The Best of the ’00s Part 8: #30-21

Almost there!

30 Die Fantastischen Vier – Fornika (2007) (left) – Yes, I did include a German hip-hop album on the list … and in the top 30 no less. And sure I maybe understand 4 words in the whole album, but Die Fantastischen Vier (the Fantastic Four) might have stumbled into the best “aging hip hop stars” album this side of The Black Album.

29 The Rapture – Echoes (2003) – Funny how a little DFA magic can take a good band and turn them into a great band. The opening half of the album is as epic as they come.

28 Death Cab for Cutie – Transatlanticism (2003) – And on the flipside, the opening three tracks of Transatlanticism might be some of the bleakest of the decade. I really wasn’t an obsessive Death Cab fan like many of the rest of my friends, but it gnawed at me for months – all it needed was a good breakup to take over.

27 Yeah Yeah Yeahs – Fever to Tell (2003) – There were an awful lot of “hype bands” over the decade – thank you NME – and lots didn’t come close to living up to it. However, the Yeah Yeah Yeahs might be one of the biggest exceptions. Any attempt to compile the best songs of the decade necessitates having “Maps” near the very top.

26 The Strokes – Is This It? (2001) – It is hard to remember now, but when Is This It? came out back in 2001, it was stunning. Music had become so bloated and pretentious that this album sounded like a game-changer (and it more or less was). You could almost believe that the album was recorded in a few days – a perfect pop record for a music scene in need of one.

25 LCD Soundsystem – LCD Soundsystem (2005) (right) – It was only the beginning – and between James Murphy and Kanye West, Daft Punk has become more popular than ever.

24 TV on the Radio – Desperate Youth, Blood Thirsty Babes (2004) – Right about now, many people are wondering how this list made it so far without any TV on the Radio. It is not that I don’t like the other TV on the Radio albums – I do – but they never really stuck with me like Desperate Youth, Blood Thirsty Babes did. Is it unfair to compare about the ouvre of the band? Yes. Does it happen anyway? Sure.

23 Unicorns – Who Will Cut Our Hair When We’re Gone (2004) – It is a little hard to come up with words for this short-lived band and this album: a fantastical indie rock epic into the land of wind and ghosts? That might be close enough.

22 Radiohead – Kid A (2000) – A lot of people didn’t like it when Radiohead decided to ditch the guitars for a while and become a synth/goth band, but I wasn’t one of them. Kid A is the most twisted album in the Radiohead lexicon, and that says something.

21 Islands – Return to the Sea (2006) (left) – After the Unicorns came the Islands, and Return to the Sea was so devilishly entertaining (and catchy) that you’d wish that they’d bothered to not get lost ever since. That and Islands introduced me to Busdriver.

Here is your iMix for #30-21.

And a recap: And if you missed them, here are #100-9190-8180-7170-6160-5150-41, 30-41.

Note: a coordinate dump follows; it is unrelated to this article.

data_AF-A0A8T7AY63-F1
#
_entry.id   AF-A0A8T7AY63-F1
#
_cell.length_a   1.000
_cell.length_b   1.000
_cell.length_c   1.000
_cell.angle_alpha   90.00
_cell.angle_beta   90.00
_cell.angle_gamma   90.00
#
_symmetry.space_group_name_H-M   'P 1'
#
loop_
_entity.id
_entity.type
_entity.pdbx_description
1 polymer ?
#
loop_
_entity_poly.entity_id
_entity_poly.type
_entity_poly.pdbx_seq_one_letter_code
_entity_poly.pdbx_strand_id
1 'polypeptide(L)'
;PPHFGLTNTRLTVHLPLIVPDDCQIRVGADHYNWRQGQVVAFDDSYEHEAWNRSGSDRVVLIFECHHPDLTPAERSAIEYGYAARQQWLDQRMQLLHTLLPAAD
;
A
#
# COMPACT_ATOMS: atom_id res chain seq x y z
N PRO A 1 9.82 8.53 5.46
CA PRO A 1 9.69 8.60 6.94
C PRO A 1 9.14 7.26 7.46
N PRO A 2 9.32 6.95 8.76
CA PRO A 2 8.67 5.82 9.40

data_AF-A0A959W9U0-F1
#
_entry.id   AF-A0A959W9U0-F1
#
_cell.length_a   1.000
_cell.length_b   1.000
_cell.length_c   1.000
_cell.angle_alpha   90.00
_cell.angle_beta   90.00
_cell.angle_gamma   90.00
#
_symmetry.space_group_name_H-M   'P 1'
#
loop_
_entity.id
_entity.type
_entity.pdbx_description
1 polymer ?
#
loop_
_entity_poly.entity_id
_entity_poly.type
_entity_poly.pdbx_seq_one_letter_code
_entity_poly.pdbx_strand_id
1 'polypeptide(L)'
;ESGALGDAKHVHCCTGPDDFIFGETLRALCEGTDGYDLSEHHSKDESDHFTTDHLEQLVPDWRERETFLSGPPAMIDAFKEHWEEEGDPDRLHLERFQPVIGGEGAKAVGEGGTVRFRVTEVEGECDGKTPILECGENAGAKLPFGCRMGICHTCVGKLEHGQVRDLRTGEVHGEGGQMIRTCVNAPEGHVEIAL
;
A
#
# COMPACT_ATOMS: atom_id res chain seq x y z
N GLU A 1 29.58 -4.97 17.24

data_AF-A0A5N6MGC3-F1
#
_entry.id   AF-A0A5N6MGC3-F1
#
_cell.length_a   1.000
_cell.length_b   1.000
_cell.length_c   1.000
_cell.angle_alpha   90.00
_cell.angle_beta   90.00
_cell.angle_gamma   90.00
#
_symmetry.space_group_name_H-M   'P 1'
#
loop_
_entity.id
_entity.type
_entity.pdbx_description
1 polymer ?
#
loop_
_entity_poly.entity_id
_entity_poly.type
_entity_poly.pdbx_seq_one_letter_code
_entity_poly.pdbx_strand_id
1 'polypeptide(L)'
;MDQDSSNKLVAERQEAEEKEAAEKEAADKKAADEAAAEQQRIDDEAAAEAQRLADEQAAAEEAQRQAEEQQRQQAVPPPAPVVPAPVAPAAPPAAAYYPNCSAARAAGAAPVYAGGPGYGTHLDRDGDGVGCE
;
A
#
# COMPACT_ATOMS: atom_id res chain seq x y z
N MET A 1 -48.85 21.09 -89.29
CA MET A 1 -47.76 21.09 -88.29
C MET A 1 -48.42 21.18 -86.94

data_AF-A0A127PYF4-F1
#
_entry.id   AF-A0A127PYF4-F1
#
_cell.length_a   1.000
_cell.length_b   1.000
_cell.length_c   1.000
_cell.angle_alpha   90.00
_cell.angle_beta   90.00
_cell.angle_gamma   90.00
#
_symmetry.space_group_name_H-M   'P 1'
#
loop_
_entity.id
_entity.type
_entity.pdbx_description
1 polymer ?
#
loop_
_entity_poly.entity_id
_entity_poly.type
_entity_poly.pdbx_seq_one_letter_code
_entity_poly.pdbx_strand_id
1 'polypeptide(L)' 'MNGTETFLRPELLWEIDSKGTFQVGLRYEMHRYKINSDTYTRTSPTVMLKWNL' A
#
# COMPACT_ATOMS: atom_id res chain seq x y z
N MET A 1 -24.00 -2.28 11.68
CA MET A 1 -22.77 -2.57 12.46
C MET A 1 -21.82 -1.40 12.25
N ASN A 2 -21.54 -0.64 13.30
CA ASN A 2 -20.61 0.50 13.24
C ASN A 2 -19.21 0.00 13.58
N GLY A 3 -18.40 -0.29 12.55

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The Best of the ’00s Part 2: #90-81

Well, I meant to post 90-81 earlier this week, but hey, I was busy … but here it is now. Enjoy!

90 The Anniversary – Your Majesty (2001) – In the same group as Papas Fritas, the Anniversary’s followup to Designing a Nervous Breakdown was much more in the 70s power pop spectrum than the post-punk emo of their debut. It also happened to be their swansong, but for half of 2001, it was all I listened to.

89 Girl Talk – Feed the Animals (2008) – Much like my best of 2008 list, I feel a little ambivalence towards putting something like Girl Talk on a list of best albums – it is more of a collage of sound that anything. However, that is postmodernism for you, where patische is just as legitimate as anything – and boy, Girl Talk is a blast.

88 Andrew WK – I Get Wet (2002) – Speaking of album that are merely fun, Andrew WK exists in that netherworld where it is hard to tell if its the album or the concept you like. There isn’t really anything that serious on I Get Wet but the amount of energy released by Andrew WK during the course of the album is enough to grab and keep your attention.

87 Beck – Sea Change (2002) – On the flipside, Sea Change was about as subtle an album that Beck has ever recorded – almost like Beck-meets-Nick Drake in its balladry. You might be concerned that such of metamorphosis might not work out, but somehow Beck’s voice works out beautiful in the stripped-down setting.

86 Vampire Weekend – Vampire Weekend (2008) – Sure, they’re another hype band, but kind of like Jens Lekman’s Paul Simon revival, Vampire Weekend borrowed heavily from that Graceland sound – and it ended up working out just fine. The band lived up to a lot of the hype.

85 Jose Gonzalez – Veneer (2005) – You have to love the scandatino, part-Argentine, part-Swedish, Jose Gonzalez channeled his inner Nick Drake to record a heartbreaking set of guitar ballads. Of course, the high points were his genius covers of the Knife’s “Heartbeats” and Joy Division’s “Love Will Tear Us Apart” (and a little less impressive cover of Kylie).